The independent musician is running a business (if they're serious) whether they realise it or not. As a business independent musicians need to be constantly analysing and adapting their marketing strategies at the risk of being left behind.
I remember back when blogging first started in the independent music industry, when people told me, "you need to blog to keep up!" Initially went on a silent protest. Through time, I realised that, as a songwriter, why NOT blog? The thought of more than writing music used to be simply overwhelming at the time. That was in the mid-200's when I entered the online music industry as an independent musician. Further on down the road I became an author.
Then the social networks started popping up, begging for my time and attention. I all but ignored MySpace, and at first Facebook. LinkedIn lurked on the horizon, offering a little value if I was looking to poach someone for my company ... and then it all converged into a blizzard of gotta-be-here-hammering-it-daily networks that I felt like I had to invest in.
Turns out, only a few of them actually drove my independent music business. The rest are flotsam...time wasters...content vampires. Through this I've learned that you don't need to be everywhere, because that's like trying to dance your way out of quicksand. You'll never get there.
I then deliberately started subscribing to newsletters from businesses; music and otherwise. What the vast majority of these business newsletters had a common thread. I needed to think differently about the rise of social networking and all the opportunities that come with it. Here's what you should really look at: Are your business targets moving to new streams to find, connect and share? Are they harder to reach with your current marketing and CRM strategies? If so, then you likely need to setup a new camp, otherwise, wait until you have a real need to make the leap.
Some people say that it's easy to make this decision based on your type of business: Professional services on LinkedIn, Consumer offerings on Twitter and Pinterest, Technology and media services on Google+ and everybody on Facebook, but I think that's an over-generalization that is disproved by countless case studies. Here's a more scientific way for you to figure out where you need to be.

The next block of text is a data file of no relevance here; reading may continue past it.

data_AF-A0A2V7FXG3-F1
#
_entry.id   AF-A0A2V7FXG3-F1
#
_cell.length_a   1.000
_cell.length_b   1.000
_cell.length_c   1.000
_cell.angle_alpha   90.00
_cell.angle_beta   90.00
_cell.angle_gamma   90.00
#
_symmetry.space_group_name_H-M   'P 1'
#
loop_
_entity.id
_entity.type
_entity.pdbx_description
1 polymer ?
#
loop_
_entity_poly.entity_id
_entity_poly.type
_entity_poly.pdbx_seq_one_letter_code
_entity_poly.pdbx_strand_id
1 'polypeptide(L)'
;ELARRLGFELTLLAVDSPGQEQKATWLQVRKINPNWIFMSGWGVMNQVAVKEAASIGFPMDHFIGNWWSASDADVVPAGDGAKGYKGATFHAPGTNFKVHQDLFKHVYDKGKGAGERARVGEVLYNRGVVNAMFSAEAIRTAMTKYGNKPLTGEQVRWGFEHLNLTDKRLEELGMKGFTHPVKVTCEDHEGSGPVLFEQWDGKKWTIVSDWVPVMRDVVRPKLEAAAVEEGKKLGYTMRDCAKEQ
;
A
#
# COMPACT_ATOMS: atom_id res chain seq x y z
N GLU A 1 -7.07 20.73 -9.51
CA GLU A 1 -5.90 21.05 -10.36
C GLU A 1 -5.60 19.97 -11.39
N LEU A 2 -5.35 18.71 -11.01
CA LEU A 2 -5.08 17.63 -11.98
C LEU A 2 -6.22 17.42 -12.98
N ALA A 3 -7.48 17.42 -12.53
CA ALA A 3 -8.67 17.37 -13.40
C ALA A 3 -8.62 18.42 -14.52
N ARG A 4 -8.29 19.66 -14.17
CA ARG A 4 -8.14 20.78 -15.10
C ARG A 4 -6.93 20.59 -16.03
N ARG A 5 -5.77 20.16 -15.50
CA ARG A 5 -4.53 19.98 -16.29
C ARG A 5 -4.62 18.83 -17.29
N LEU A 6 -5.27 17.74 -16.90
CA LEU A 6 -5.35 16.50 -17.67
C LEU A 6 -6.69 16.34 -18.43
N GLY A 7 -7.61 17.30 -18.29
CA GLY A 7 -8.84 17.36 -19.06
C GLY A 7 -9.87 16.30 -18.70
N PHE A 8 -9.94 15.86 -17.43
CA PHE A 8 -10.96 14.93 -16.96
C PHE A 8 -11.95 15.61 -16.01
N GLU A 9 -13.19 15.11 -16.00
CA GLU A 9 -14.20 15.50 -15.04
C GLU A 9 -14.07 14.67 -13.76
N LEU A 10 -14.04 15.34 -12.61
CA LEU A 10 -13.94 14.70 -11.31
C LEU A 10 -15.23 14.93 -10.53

First, you need to be clear on who your targets are. By targets, I mean, who do you want your music to reach and who do you want to interact with more often? For independent musicians the prospective or current music lover represents your top target. For some independent musicians, reaching self-fulfilling 'statistics' are more critical. Hhmmmm.
Next, the independent musician needs to ask their best customers where they fish for solutions, graze for information and share their content. Ask them where you can connect with them, share their content, and give them updates and special offers. Create a survey (no more than seven questions), or better yet, make it part of your ongoing conversations and then distill the information to develop a top three social networks list. In my experience, my top customer has a media profile that closely resembles my top prospects, so this exercise will scale from current to prospective victories.
Now, create a program to serve NO MORE than the top three networks. If you can, limit your work to two. Often, you'll do this to serve multiple types of targets. In the case of McGladrey, they invest in LinkedIn for new customers and Facebook to recruit accountants. They use their Twitter account to drive traffic to their blog posts.
In my case, my targets include readers, conference planners and speaking bureau partners. I work my blog, Facebook, Twitter and LinkedIn (in that order of priority). I don't 'really' do Google+ or Tumblr . They don't offer me ROI against my defined targets. If I tried to do everything, I'd likely be spread too thin.
Finally: Monitor the results, refresh your survey as often as you see fit and drop dead-weight networks. So far, my blog and Facebook have generated the most business for me, but Twitter keeps me directly connected to most of my targets. I've been investing more time in LinkedIn, but haven't seen much results yet...so I might drop it. This way, I don't end up with network creep, where I simply add new ones to the pile, ending up spread out eventually.
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